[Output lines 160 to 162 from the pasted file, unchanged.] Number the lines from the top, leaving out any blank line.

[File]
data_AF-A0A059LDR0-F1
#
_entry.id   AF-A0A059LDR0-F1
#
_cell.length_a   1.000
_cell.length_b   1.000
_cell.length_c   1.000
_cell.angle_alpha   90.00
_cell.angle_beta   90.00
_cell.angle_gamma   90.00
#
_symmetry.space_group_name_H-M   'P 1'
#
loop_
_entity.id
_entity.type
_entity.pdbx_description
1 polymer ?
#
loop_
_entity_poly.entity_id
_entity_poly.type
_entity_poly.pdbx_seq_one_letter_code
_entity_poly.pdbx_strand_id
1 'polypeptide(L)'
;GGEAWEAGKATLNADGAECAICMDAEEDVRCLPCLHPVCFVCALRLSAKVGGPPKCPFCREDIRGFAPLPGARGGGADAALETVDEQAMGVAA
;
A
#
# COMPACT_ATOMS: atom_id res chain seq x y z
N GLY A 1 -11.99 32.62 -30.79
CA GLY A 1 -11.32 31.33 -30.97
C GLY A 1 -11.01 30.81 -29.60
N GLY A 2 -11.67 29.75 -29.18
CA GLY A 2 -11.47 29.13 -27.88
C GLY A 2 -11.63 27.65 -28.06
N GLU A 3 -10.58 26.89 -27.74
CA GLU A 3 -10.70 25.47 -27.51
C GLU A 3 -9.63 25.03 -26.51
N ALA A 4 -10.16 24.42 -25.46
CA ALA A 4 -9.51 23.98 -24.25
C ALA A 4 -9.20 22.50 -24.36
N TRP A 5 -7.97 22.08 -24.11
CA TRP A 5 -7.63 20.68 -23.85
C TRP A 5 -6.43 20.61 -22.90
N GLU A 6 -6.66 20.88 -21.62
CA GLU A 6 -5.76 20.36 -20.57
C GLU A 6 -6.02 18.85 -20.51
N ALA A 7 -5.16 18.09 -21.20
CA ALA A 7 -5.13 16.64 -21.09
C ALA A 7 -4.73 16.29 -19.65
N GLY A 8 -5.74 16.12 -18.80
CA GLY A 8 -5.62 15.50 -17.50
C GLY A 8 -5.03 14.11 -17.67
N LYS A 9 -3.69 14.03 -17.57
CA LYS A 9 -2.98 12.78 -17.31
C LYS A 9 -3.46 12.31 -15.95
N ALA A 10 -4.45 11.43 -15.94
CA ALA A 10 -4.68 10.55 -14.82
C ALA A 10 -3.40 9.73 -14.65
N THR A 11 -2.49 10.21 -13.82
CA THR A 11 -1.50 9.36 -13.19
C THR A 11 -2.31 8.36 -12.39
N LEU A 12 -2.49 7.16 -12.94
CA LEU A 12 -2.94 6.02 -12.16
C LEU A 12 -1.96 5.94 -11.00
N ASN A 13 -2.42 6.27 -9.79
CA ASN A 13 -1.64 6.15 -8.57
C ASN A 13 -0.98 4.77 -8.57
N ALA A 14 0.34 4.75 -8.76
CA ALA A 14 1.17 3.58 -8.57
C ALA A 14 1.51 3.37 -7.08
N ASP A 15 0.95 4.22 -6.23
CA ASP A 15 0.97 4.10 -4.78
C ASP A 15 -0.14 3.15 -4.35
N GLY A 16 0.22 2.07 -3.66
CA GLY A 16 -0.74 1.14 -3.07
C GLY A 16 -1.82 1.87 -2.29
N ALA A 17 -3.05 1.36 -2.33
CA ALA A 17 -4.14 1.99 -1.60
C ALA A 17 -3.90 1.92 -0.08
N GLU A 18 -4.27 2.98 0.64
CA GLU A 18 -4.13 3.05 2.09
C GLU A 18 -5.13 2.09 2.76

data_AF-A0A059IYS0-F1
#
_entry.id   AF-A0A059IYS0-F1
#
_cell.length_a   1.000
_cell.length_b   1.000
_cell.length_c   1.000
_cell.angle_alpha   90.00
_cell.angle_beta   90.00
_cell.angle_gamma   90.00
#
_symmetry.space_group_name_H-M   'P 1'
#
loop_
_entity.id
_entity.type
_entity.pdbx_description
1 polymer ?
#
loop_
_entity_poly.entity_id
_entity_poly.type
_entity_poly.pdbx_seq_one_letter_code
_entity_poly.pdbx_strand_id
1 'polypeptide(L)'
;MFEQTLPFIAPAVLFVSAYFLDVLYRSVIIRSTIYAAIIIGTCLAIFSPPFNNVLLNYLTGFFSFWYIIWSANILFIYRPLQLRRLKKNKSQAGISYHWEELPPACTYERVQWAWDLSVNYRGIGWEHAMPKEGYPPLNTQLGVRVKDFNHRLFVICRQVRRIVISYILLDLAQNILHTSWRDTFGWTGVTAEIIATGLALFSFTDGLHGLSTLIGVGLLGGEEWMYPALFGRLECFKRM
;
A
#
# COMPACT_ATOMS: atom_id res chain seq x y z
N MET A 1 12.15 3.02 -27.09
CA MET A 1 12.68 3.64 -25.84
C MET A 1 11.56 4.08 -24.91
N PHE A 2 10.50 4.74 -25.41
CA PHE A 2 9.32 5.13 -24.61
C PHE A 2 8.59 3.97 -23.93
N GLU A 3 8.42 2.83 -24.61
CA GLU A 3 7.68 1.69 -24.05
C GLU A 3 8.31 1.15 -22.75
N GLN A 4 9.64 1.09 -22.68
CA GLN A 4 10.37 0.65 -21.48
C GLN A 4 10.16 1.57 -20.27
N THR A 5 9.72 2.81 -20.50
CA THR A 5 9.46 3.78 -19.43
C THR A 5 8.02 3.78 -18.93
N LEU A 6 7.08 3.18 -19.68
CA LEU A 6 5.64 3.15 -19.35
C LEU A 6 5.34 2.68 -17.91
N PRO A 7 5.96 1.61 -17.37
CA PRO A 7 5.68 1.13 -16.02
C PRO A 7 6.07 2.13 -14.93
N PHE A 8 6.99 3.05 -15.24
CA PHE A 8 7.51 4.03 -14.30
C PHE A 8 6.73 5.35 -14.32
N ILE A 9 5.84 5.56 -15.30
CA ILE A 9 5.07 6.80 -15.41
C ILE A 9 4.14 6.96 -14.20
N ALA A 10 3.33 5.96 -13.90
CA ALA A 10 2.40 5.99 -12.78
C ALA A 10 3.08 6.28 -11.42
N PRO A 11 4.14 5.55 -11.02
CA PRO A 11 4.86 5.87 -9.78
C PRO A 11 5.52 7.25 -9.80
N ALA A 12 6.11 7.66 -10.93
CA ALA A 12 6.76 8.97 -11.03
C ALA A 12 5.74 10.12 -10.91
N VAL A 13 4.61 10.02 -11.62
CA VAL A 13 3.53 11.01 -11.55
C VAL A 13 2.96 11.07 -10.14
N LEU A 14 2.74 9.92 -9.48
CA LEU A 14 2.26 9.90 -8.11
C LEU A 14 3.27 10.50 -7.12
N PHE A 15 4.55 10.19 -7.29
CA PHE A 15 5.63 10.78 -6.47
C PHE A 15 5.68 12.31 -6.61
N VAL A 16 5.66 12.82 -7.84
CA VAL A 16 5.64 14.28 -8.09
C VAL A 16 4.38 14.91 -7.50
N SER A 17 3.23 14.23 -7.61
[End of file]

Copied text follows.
N VAL A 16 5.66 12.82 -7.84
CA VAL A 16 5.64 14.28 -8.09
C VAL A 16 4.38 14.91 -7.50